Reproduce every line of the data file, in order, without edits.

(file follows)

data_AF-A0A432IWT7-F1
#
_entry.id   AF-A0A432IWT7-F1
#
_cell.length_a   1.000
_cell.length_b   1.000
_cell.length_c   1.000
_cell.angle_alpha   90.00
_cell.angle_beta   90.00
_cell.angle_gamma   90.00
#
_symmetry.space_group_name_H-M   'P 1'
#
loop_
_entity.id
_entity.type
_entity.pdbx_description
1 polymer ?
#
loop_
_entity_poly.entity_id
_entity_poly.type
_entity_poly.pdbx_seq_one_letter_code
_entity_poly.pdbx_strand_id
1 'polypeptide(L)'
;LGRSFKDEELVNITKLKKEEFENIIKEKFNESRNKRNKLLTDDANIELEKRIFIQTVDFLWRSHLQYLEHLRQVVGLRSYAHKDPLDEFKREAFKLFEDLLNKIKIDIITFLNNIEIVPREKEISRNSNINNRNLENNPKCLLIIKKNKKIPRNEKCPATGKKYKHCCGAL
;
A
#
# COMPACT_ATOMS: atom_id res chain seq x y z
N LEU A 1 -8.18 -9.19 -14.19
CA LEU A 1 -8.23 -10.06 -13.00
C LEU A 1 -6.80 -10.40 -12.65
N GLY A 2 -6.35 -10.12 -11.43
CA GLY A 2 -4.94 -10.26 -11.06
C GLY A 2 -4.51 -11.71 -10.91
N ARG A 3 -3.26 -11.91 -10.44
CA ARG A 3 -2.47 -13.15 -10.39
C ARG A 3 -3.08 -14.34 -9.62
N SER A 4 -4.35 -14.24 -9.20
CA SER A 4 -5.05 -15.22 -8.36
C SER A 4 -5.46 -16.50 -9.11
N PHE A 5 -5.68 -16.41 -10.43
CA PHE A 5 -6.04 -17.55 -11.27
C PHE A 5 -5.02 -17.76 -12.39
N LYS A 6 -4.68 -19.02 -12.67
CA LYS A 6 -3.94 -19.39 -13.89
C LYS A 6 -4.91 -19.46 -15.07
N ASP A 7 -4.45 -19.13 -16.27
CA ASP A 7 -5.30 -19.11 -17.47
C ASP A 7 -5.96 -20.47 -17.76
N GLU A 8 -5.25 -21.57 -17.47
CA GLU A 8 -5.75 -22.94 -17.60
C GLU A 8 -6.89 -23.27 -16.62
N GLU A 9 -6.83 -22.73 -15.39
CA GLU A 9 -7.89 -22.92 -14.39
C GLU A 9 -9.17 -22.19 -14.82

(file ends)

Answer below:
data_AF-A0A432IWT7-F1
#
_entry.id   AF-A0A432IWT7-F1
#
_cell.length_a   1.000
_cell.length_b   1.000
_cell.length_c   1.000
_cell.angle_alpha   90.00
_cell.angle_beta   90.00
_cell.angle_gamma   90.00
#
_symmetry.space_group_name_H-M   'P 1'
#
loop_
_entity.id
_entity.type
_entity.pdbx_description
1 polymer ?
#
loop_
_entity_poly.entity_id
_entity_poly.type
_entity_poly.pdbx_seq_one_letter_code
_entity_poly.pdbx_strand_id
1 'polypeptide(L)'
;LGRSFKDEELVNITKLKKEEFENIIKEKFNESRNKRNKLLTDDANIELEKRIFIQTVDFLWRSHLQYLEHLRQVVGLRSYAHKDPLDEFKREAFKLFEDLLNKIKIDIITFLNNIEIVPREKEISRNSNINNRNLENNPKCLLIIKKNKKIPRNEKCPATGKKYKHCCGAL
;
A
#
# COMPACT_ATOMS: atom_id res chain seq x y z
N LEU A 1 -8.18 -9.19 -14.19
CA LEU A 1 -8.23 -10.06 -13.00
C LEU A 1 -6.80 -10.40 -12.65
N GLY A 2 -6.35 -10.12 -11.43
CA GLY A 2 -4.94 -10.26 -11.06
C GLY A 2 -4.51 -11.71 -10.91
N ARG A 3 -3.26 -11.91 -10.44
CA ARG A 3 -2.47 -13.15 -10.39
C ARG A 3 -3.08 -14.34 -9.62
N SER A 4 -4.35 -14.24 -9.20
CA SER A 4 -5.05 -15.22 -8.36
C SER A 4 -5.46 -16.50 -9.11
N PHE A 5 -5.68 -16.41 -10.43
CA PHE A 5 -6.04 -17.55 -11.27
C PHE A 5 -5.02 -17.76 -12.39
N LYS A 6 -4.68 -19.02 -12.67
CA LYS A 6 -3.94 -19.39 -13.89
C LYS A 6 -4.91 -19.46 -15.07
N ASP A 7 -4.45 -19.13 -16.27
CA ASP A 7 -5.30 -19.11 -17.47
C ASP A 7 -5.96 -20.47 -17.76
N GLU A 8 -5.25 -21.57 -17.47
CA GLU A 8 -5.75 -22.94 -17.60
C GLU A 8 -6.89 -23.27 -16.62
N GLU A 9 -6.83 -22.73 -15.39
CA GLU A 9 -7.89 -22.92 -14.39
C GLU A 9 -9.17 -22.19 -14.82